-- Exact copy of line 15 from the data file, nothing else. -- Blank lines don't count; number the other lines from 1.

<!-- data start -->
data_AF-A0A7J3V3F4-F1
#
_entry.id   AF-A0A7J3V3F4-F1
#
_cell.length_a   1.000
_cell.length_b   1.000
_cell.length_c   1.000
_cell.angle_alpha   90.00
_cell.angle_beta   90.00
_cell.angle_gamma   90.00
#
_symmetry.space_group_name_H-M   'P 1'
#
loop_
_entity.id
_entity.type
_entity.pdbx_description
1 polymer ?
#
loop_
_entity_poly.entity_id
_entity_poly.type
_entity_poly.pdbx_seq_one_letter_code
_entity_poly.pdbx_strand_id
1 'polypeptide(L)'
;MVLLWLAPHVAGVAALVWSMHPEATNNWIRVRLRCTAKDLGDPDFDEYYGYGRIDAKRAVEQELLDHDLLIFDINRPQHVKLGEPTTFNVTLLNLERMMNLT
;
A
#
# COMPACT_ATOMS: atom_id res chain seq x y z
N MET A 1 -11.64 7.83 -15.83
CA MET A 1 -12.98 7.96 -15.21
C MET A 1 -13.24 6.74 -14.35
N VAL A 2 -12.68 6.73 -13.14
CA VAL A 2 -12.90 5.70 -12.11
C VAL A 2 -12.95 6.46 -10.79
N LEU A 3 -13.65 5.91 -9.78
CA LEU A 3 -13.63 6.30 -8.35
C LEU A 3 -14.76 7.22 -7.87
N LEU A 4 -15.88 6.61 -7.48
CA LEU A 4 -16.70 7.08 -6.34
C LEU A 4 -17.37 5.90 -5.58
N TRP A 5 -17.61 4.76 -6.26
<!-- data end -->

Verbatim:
_entity.id